May Newsletter: Color! Perennials & Hummingbirds

Color, Color, Color!

At the Garden Center we frequently hear “I want to add color!”

To add color to your garden, try layering in color- using cold hardy plantings with colored foliage or variegated foliage as your first layer, such as Loropetalum, Arbicola Trinette or Jack Frost Ligustrum. Add in flowering shrubbery like Roses, Thyrallis, Plumbago, Texas Sage, Oleanders (the list has many choices) as a second layer of plants that will bloom for months on end.

Lorapetalum

Add in more color with some semi-tropical plants but in smaller quantities so when winter damaged you won’t have large areas of “burnt” plants. Some great choices are Hibiscus, Allamanda, Firebush, Jatropha, Crotons & Ti plants. Your third layer would be perennials and annuals such as some of the perennials mentioned below!

Finally, add in items of interest such as bird baths, fountains, benches, statues, garden flags- whatever appeals to you and I promise your garden will be a show stopper!! Fertilize blooming plants regularly with 6-8-10 Sure Gro Bloomer.

Perennial Flowers
Perennial flowers come in all sizes, shapes and colors! Everyone loves flowers and now is a great time for creating a perennial flower bed or adding to an existing one. Perhaps adding flowers that attract butterflies and hummingbirds would be an idea.

Bush Daisy

Try planting Knock Out Roses, Drift Roses, Milkweed, Cigar Plant, Gazanias, Gaillardia, Salvias, Pentas, Lantana, Bush Daisies, Plumbago, Guara and Firecracker.

Hummingbirds are Back and Butterflies are becoming more abundant daily!

Shrimp Plant

Artificial feeders will attract hummingbirds. Because feeders can be placed almost anywhere, they increase your opportunities to view hummers from inside your house. However, feeders should not be the sole source of food provided. The sugar solution may appeal to the hummingbirds’ sweet tooth, but it provides little nourishment. Nectar is much more than just water and sugar. If you do use a feeder do not use red food coloring…just sugar and water. Be sure to change the sugar solution every couple to three days as it will go bad in the heat quickly.

Did you know that many hummingbird plants are also butterfly friendly? Planting a few butterfly friendly plants could also entice in some hummingbirds.  Your garden doesn’t have to be huge- even a few plants will help set up a Butterfly/Hummingbird garden.  Try to mix in many colors as butterflies are attracted to many colors. Hummingbirds also like many varieties however reds and oranges seem to be the colors of choice for them.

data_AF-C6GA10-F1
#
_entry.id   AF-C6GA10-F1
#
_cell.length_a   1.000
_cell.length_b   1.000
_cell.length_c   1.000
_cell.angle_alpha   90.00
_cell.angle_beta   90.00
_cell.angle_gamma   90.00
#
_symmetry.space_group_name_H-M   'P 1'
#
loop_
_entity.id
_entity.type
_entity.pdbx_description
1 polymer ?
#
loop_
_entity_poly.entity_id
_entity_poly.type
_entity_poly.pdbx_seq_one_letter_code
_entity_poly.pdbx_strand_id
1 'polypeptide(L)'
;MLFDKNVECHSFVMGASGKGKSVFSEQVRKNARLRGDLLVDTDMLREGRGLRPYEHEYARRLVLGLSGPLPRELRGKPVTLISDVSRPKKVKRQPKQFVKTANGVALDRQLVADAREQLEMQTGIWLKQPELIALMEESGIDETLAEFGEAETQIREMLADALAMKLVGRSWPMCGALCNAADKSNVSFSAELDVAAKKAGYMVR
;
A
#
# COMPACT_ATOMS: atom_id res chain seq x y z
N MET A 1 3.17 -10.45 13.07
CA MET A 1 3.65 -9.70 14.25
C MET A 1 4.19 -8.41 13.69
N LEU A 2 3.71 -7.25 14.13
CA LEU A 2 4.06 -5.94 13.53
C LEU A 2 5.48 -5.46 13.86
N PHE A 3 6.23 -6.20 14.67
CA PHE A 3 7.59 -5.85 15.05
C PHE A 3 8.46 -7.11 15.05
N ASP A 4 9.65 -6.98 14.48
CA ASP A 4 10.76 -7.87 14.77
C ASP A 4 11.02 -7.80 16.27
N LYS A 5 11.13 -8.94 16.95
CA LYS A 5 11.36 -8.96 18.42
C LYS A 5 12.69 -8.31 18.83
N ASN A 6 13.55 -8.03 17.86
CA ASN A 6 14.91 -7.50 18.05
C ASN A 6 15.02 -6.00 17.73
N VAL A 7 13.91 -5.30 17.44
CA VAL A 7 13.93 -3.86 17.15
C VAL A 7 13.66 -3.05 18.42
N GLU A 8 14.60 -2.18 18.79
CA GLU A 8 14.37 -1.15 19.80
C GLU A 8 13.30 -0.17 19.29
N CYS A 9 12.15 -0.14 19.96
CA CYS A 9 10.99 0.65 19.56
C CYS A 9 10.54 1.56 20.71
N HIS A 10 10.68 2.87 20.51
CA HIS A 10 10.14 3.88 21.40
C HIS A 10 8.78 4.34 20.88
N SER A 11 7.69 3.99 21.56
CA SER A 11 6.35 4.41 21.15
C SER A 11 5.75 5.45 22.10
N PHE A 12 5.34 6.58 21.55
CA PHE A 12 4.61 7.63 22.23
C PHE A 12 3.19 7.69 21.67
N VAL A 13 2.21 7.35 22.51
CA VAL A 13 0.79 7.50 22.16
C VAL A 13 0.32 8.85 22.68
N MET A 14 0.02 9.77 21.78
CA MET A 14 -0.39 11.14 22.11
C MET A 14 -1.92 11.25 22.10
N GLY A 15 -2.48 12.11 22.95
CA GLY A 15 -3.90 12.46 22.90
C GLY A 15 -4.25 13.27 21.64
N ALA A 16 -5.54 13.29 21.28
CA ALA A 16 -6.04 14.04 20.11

If you want to try to encourage Monarch butterflies to your garden, you can plant their host plant (the one they will lay their eggs on ) and in this case that would be Milkweed. There are over 20 different varieties of Native Milkweed in Florida. This is the only plant that monarchs will lay their eggs on.  You do not have to have host plant to have them visit your yard though. Providing different types of flowers that are tubular to flat surfaced will encourage the butterflies in. If you do choose to have Milkweed in your garden to encourage Monarchs to visit, remember that it is very important to cut your milkweed down by Thanksgiving, at the latest.  You do not want to encourage Monarchs to stick around instead of migrating back to Mexico in the winter.

Remember to avoid using insecticides in your butterfly gardens and definitely plan on adding a water source for them.

Adding a water source is easy- get a saucer for a planter or even a pie plate. Add a layer of sand, then a layer of compost, followed by another layer of sand.  Add in some small stones for the butterflies to perch on. Keep the container moist. You may need to add water fairly frequently depending on the rain situation as the shallow pan will dry out fairly quickly. The compost adds some minerals for the butterflies-specifically salt which is very important to male butterflies.

Here are a few of the plants that are both butterfly and hummingbird friendly:

Perennials: Red Porter Weed, Salvia (many varieties), Bat Face Cuphea, Cigar Plant, Shrimp Plant, Lantana,

Shrubs: Firebush, Bottlebrush, Firespike, Firecracker Plant,

Trees: Bottlebrush, Citrus flowers

Vines: Coral Honeysuckle, Japanese Honeysuckle, Passionvine

Deer

If you live in communities that have a large deer population, you are already aware how frustrating having a garden can sometimes be!

Unfortunately, sometimes gardeners find out that the plants the deer NEVER ate last month or last year are now on the menu!  This is often tied to drought periods, overabundance of rain and the birth of young- who often try anything once!

There are many lists produced by Garden Centers and Extension services that try to narrow down what the deer NORMALLY don’t eat, however, none of these lists should be taken as 100% guarantees.  If you are new to the area, try chatting to a neighbor to find out what works for them and use the various lists or signed information in the Garden Center as a guideline.

Sadly, we are never able to state categorically that deer won’t try your plant.  Sometimes, there is no telling what they will eat, depending on their stress levels.

There are products available to spray if all else fails. Try using Liquid Fence- which is available in the Garden Center.

May is a fabulous month to accomplish a lot in the garden!  The temperatures are still reasonable, the sun is shining, and everything is growing!  Now is a great time to get those new gardens going or refresh older ones! We look forward to seeing you in the Garden Center to get you “growing”!